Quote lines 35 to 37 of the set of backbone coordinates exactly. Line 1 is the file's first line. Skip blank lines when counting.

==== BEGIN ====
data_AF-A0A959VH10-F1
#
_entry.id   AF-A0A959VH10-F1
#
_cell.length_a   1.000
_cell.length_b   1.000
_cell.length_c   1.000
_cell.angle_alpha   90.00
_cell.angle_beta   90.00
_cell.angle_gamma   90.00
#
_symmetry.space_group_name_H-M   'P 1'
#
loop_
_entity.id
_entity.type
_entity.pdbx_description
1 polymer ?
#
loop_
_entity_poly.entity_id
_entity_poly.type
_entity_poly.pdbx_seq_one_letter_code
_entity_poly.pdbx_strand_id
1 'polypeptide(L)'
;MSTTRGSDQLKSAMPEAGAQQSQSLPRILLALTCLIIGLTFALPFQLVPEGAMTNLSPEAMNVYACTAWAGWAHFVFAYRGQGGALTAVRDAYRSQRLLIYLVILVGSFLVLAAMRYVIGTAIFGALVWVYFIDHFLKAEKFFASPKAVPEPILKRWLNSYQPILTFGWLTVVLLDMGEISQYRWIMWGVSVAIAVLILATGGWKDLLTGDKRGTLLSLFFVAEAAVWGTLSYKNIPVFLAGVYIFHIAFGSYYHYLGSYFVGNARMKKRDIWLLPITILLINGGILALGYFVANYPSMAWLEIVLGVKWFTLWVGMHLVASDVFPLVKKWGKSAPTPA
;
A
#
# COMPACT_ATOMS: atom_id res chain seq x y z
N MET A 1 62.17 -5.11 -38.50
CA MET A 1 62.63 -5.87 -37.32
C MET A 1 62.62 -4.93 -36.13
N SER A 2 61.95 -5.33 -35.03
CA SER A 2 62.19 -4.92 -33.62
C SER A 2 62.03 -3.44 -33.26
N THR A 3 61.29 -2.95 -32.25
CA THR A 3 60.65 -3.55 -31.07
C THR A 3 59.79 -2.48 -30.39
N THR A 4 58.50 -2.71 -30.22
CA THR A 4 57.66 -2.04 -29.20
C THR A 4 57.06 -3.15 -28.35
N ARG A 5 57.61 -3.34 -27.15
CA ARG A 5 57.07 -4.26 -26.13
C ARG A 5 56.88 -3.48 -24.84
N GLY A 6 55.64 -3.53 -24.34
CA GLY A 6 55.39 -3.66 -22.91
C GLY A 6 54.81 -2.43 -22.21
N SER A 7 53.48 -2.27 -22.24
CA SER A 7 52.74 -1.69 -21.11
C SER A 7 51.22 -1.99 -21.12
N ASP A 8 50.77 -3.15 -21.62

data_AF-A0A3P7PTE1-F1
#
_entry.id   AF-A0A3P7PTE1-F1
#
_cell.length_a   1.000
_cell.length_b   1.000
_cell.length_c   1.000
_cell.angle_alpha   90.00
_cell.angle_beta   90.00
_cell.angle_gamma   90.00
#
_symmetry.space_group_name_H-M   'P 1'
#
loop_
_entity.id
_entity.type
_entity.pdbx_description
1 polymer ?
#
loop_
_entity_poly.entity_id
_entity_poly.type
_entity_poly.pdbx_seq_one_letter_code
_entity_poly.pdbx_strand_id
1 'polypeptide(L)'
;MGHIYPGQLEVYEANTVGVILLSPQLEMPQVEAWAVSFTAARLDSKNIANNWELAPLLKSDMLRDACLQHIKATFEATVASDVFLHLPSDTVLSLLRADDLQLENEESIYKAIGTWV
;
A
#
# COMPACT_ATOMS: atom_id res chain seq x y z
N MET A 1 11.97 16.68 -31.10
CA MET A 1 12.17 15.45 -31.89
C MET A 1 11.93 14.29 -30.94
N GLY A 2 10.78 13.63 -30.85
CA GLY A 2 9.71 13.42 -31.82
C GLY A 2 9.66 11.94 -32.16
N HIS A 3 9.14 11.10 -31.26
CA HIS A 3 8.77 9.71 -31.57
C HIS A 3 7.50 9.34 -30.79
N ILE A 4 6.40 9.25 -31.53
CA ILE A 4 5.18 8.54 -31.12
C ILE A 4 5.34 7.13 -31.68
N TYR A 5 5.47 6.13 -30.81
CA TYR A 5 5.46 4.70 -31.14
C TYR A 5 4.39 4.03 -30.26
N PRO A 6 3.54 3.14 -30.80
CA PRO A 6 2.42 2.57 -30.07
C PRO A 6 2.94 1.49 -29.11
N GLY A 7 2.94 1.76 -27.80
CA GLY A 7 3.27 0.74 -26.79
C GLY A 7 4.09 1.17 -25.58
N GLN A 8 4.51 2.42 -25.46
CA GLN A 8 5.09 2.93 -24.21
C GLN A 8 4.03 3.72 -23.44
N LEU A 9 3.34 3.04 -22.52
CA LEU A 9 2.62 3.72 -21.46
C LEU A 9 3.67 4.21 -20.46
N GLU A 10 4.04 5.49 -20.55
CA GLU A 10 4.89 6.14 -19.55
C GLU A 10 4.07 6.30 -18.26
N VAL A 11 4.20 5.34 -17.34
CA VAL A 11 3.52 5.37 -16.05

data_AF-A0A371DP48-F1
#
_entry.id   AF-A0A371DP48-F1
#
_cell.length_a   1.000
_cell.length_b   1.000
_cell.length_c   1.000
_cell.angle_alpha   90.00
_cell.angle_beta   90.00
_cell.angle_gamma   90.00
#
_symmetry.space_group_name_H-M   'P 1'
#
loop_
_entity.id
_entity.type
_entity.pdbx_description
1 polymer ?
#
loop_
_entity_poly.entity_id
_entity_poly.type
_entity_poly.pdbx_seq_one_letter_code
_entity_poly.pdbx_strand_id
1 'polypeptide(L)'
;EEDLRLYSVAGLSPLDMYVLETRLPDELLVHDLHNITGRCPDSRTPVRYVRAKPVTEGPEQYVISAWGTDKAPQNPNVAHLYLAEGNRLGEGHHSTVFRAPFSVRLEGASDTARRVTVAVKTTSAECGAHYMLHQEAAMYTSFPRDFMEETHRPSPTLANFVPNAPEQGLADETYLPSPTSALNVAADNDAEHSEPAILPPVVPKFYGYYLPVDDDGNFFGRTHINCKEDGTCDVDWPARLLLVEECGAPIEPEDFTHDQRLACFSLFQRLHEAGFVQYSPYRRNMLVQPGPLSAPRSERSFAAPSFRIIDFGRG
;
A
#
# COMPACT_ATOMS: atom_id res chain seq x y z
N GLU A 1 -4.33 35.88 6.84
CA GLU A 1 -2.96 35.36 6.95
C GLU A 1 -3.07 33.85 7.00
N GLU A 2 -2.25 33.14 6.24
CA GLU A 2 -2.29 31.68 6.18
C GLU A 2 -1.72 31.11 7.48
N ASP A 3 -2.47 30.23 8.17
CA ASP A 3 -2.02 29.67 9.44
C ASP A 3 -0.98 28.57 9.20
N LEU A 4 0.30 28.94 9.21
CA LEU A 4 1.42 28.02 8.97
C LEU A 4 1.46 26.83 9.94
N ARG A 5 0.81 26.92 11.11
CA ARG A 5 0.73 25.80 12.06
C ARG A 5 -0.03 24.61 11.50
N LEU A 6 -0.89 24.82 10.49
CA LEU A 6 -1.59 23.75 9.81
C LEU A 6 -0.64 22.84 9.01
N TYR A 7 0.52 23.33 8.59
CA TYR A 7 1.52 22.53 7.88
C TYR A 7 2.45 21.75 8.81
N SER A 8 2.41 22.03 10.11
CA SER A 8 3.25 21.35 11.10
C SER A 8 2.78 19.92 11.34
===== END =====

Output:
CA SER A 2 62.19 -4.92 -33.62
C SER A 2 62.03 -3.44 -33.26
N THR A 3 61.29 -2.95 -32.25